Weatherford Democrat

Z_CNHI News Service

September 9, 2013

Bomb throwing beats compromise in Obamacare debate

If you drew up a list of history’s staunchly partisan Republicans, Newt Gingrich would likely rank near the top.

A former GOP House speaker and occasional presidential candidate, Gingrich crafted his reputation as an ideological bomb thrower. He rose to prominence with his aggressive brand of conservatism and suffered at the hands of his own arrogance.

But here’s what the strident Gingrich had to say a few weeks ago about his party’s stance on President Obama’s health reform initiatives. Gingrich chastised his fellow Republicans for having “zero” options to the president’s package.

He indicated that opposition to Obamacare is a dead-end because Republicans have no plans other than repeated — and pointless — House votes to repeal it.

Although he referred to Obama’s presidency as a “disaster,” Gingrich found failure in the GOP’s response, which he dismissed as little more than “anti-Obama.” Instead, he argued, “we have to re-convince people you can have hope in America, that we can have a better future.”

The notion of cooperating to solve problems is hardly new. In fact, it’s a bedrock principle of representative government. Individuals working for different people and different interests come together and forge agreements for the common good. The final results may be imperfect, but they take various perspectives into account.

That didn’t happen with Obamacare because early on Republicans opted for a plan to just say no. They scored political gains with flat-out opposition and haven’t shifted.

Interestingly, former President Bill Clinton showed up in his home state of Arkansas last week to discuss health care reform. He sought to defend and explain it, contending that it provides better options for the American people that the old system.

However, Clinton acknowledged the package is less than perfect, citing the inability of some Americans to obtain subsidized coverage through the health insurance of employed spouses.

Text Only
Z_CNHI News Service
  • A 'wearable robot' helps her walk again

    Science is about facts, numbers, laws and formulas. To be really good at it, you need to spend a lot of time in school. But science is also about something more: dreaming big and helping people.

    April 23, 2014

  • Cuba is running out of condoms

    The newest item on Cuba's list of dwindling commodities is condoms, which are now reportedly in short supply. In response, the Cuban government has approved the sale of expired condoms.

    April 23, 2014

  • The waffle taco's biggest enemy isn't McDonald's. It's consumer habits.

    Gesturing to Taco Bell, Thompson said McDonald's had "not seen an impact relative to the most recent competitor that entered the [breakfast] space," and that new competition would only make McDonald's pursue breakfast more aggressively.

    April 23, 2014

  • Screen Shot 2014-04-22 at 4.42.47 PM.png VIDEO: Leopard attacks crowd in India

    A leopard caused panic in the city of Chandrapur when it sprung from the roof of a house and charged at rescue workers.

    April 22, 2014 1 Photo

  • The top 12 government programs ever

    Which federal programs and policies succeed in being cost-effective and targeting those who need them most? These two tests are obvious: After all, why would we spend taxpayers' money on a program that isn't worth what it costs or helps those who do not need help?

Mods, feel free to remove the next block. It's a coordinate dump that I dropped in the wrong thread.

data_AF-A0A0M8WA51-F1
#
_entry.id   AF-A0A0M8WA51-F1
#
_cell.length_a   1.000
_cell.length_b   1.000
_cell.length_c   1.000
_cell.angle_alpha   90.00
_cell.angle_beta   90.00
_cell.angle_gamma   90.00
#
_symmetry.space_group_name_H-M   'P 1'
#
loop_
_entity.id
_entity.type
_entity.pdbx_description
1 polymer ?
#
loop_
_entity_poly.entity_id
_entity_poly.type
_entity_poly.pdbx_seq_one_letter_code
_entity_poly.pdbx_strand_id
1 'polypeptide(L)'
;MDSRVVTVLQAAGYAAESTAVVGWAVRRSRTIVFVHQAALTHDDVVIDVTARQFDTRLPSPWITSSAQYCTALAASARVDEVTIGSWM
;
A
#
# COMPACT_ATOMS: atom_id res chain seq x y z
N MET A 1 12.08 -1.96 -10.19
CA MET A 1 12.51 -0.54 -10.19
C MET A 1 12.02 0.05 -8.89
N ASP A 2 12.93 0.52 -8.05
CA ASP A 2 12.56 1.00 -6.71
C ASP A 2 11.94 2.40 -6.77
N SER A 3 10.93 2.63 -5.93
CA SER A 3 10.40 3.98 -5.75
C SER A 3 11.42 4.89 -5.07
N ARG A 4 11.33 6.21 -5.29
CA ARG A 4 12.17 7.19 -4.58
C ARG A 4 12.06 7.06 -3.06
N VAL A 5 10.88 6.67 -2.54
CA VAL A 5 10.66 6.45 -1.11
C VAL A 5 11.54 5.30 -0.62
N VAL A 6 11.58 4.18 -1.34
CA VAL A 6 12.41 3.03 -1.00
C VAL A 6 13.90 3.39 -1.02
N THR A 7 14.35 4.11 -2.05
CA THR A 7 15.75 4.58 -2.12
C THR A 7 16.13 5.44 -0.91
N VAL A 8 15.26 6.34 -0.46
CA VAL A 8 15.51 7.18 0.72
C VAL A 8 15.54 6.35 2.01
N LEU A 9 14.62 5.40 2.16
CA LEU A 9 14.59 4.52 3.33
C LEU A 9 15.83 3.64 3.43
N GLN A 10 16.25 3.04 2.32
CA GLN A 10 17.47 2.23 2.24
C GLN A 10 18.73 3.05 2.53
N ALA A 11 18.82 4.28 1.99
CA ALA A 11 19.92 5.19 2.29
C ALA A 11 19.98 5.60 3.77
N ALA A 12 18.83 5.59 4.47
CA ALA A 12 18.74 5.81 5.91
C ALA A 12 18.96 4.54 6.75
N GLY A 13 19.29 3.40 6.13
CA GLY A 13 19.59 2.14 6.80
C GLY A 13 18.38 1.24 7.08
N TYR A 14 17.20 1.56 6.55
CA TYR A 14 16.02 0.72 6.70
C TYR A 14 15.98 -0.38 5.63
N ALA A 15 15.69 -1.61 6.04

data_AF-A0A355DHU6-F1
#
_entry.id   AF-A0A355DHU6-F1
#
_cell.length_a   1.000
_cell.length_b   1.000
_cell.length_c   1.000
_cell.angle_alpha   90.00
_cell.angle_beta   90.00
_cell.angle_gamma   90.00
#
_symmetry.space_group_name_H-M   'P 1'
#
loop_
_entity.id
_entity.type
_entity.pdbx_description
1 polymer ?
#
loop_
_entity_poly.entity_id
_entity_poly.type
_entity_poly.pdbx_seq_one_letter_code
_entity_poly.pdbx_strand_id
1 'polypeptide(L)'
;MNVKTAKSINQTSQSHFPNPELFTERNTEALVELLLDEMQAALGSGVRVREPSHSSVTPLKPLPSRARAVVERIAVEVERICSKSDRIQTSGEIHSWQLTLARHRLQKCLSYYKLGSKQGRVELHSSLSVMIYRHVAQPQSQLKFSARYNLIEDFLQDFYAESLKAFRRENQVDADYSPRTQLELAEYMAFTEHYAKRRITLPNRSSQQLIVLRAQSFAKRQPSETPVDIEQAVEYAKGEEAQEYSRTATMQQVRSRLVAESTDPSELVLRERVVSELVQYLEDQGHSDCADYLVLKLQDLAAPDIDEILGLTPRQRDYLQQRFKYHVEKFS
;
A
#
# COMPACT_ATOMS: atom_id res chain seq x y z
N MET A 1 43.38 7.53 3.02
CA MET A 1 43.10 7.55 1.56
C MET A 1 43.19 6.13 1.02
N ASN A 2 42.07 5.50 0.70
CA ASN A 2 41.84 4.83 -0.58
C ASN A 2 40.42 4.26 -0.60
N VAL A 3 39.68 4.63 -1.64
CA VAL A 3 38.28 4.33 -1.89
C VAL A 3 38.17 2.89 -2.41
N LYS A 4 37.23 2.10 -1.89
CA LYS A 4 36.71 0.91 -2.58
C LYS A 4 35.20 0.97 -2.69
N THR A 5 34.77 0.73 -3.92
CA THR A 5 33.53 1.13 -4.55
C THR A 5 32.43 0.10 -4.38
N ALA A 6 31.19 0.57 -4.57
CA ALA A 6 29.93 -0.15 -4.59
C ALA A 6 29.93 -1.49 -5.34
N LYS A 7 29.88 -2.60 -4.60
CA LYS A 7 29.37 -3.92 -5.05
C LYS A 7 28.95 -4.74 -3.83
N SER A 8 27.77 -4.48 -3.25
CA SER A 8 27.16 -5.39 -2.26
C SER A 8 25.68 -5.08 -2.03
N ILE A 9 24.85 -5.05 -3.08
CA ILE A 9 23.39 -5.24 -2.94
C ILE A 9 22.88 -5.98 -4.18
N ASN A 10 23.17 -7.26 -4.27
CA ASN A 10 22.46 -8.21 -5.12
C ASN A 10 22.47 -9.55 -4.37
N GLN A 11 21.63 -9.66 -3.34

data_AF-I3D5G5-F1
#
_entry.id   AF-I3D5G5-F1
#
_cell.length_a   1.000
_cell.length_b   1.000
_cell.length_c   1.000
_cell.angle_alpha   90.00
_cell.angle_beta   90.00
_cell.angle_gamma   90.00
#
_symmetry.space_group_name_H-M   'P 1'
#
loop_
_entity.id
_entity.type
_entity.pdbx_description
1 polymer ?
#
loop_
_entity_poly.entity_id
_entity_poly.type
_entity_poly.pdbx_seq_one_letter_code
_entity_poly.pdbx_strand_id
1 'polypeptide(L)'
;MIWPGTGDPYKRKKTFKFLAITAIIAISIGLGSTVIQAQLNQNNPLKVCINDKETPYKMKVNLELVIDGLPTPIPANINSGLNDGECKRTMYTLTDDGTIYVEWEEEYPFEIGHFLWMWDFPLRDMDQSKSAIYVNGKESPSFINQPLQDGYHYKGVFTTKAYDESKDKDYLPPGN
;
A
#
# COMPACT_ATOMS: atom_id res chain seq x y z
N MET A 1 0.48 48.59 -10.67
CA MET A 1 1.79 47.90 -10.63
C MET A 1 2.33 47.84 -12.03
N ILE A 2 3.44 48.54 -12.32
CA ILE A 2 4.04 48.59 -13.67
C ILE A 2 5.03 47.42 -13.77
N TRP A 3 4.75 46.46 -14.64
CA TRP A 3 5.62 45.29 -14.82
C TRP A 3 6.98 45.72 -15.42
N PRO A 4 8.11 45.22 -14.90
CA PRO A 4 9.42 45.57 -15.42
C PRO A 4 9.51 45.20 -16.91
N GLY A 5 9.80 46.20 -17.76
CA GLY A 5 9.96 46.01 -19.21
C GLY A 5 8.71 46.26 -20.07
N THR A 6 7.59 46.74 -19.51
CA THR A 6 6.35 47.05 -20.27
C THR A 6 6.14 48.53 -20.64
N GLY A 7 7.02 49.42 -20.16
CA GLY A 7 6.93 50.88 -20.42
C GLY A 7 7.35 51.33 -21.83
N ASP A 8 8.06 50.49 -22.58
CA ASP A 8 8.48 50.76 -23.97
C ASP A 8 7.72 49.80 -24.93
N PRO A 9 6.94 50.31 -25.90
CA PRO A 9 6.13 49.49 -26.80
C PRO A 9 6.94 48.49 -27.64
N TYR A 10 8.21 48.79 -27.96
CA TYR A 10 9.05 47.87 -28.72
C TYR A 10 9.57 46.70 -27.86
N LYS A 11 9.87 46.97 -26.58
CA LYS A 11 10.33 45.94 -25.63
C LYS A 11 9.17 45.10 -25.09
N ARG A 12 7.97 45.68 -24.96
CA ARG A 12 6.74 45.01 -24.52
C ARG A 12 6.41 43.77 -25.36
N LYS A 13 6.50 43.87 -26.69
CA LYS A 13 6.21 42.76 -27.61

April 22, 2014

  • In cuffs... 'Warlock' in West Virginia accused of sexual assault

    Police in West Virginia say a man claiming to be a “warlock” used promises of magical spells to lure children into committing sexual acts with him.

    April 22, 2014 1 Photo

  • Lindley, Tom.jpg Basketball stars may linger on campus a while longer

    The NBA seems serious about raising its minimum age, which could signal the end of the one-and-done era in college basketball.

    April 22, 2014 1 Photo

  • Cats outsmart the researchers

    I knew a lot had been written about dogs, and I assumed there must be at least a handful of studies on cats. But after weeks of scouring the scientific world for someone - anyone - who studied how cats think, all I was left with was this statement, laughed over the phone to me by one of the world's top animal cognition experts, a Hungarian scientist named Ádám Miklósi.

    April 22, 2014

  • McCain 1 House Republicans are more active on Twitter than Democrats

    Your representative in the House is almost certainly on Twitter. Your senator definitely is. But how are they using the social network? Are Democrats more active than Republicans, or vice versa? Who has the most followers on the Hill?

    April 22, 2014 1 Photo

  • Do your genes make you procrastinate?

    Procrastinators, in my experience, like nothing better than explaining away their procrastination: General busyness, fear of failure, and simple laziness are just a handful of the excuses and theories often tossed around. Now researchers from the University of Colorado Boulder have added another option to the list: genetics.

    April 21, 2014

Must Read
Top News
House Ads
AP Video
U.S. Paratroopers in Poland, Amid Ukraine Crisis US Reviews Clemency for Certain Inmates Raw: Violence Erupts in Rio Near Olympic Venue Raw: Deadly Bombing in Egypt Raw: What's Inside a Commercial Jet Wheel Well Raw: Obama Arrives in Japan for State Visit Raw: Anti-Obama Activists Fight Manila Police Motels Near Disney Fighting Homeless Problem Michigan Man Sees Thanks to 'bionic Eye' Obama to Oso: We'll Be Here As Long As It Takes Bon Jovi Helps Open Low-income Housing in Philly S.C. Man Apologizes for Naked Walk in Wal-Mart New Country Music Hall of Fame Inductees Named 'Piles' of Bodies in South Sudan Slaughter SCOTUS Hears Tv-over-Internet Case Chief Mate: Crew Told to Escape After Passengers